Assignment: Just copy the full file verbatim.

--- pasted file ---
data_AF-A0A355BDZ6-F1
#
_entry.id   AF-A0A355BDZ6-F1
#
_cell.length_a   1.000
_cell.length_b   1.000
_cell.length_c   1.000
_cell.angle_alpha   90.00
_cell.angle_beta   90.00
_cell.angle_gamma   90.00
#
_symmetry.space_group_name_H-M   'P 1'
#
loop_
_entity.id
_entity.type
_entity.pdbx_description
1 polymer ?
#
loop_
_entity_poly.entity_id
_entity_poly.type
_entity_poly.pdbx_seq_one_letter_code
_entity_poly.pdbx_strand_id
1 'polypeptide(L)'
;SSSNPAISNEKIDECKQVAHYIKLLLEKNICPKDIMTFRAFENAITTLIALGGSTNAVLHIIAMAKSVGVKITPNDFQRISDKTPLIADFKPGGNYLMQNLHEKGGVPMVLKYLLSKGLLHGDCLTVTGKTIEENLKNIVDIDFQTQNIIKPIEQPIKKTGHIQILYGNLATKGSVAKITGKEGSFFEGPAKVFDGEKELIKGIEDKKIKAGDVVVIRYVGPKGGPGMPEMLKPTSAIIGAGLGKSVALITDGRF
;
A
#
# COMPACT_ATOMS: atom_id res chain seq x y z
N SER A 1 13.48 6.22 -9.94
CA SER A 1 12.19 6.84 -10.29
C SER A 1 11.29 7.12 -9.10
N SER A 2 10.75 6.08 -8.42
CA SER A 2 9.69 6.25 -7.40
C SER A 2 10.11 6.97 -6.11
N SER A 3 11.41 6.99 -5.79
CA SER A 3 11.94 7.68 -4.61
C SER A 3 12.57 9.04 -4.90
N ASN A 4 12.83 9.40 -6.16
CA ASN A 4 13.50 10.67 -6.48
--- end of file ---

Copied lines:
data_AF-A0A355BDZ6-F1
#
_entry.id   AF-A0A355BDZ6-F1
#
_cell.length_a   1.000
_cell.length_b   1.000
_cell.length_c   1.000
_cell.angle_alpha   90.00
_cell.angle_beta   90.00
_cell.angle_gamma   90.00
#
_symmetry.space_group_name_H-M   'P 1'
#
loop_
_entity.id
_entity.type
_entity.pdbx_description
1 polymer ?
#
loop_
_entity_poly.entity_id
_entity_poly.type
_entity_poly.pdbx_seq_one_letter_code
_entity_poly.pdbx_strand_id
1 'polypeptide(L)'
;SSSNPAISNEKIDECKQVAHYIKLLLEKNICPKDIMTFRAFENAITTLIALGGSTNAVLHIIAMAKSVGVKITPNDFQRISDKTPLIADFKPGGNYLMQNLHEKGGVPMVLKYLLSKGLLHGDCLTVTGKTIEENLKNIVDIDFQTQNIIKPIEQPIKKTGHIQILYGNLATKGSVAKITGKEGSFFEGPAKVFDGEKELIKGIEDKKIKAGDVVVIRYVGPKGGPGMPEMLKPTSAIIGAGLGKSVALITDGRF
;
A
#
# COMPACT_ATOMS: atom_id res chain seq x y z
N SER A 1 13.48 6.22 -9.94
CA SER A 1 12.19 6.84 -10.29
C SER A 1 11.29 7.12 -9.10
N SER A 2 10.75 6.08 -8.42
CA SER A 2 9.69 6.25 -7.40
C SER A 2 10.11 6.97 -6.11
N SER A 3 11.41 6.99 -5.79
CA SER A 3 11.94 7.68 -4.61
C SER A 3 12.57 9.04 -4.90
N ASN A 4 12.83 9.40 -6.16
CA ASN A 4 13.50 10.67 -6.48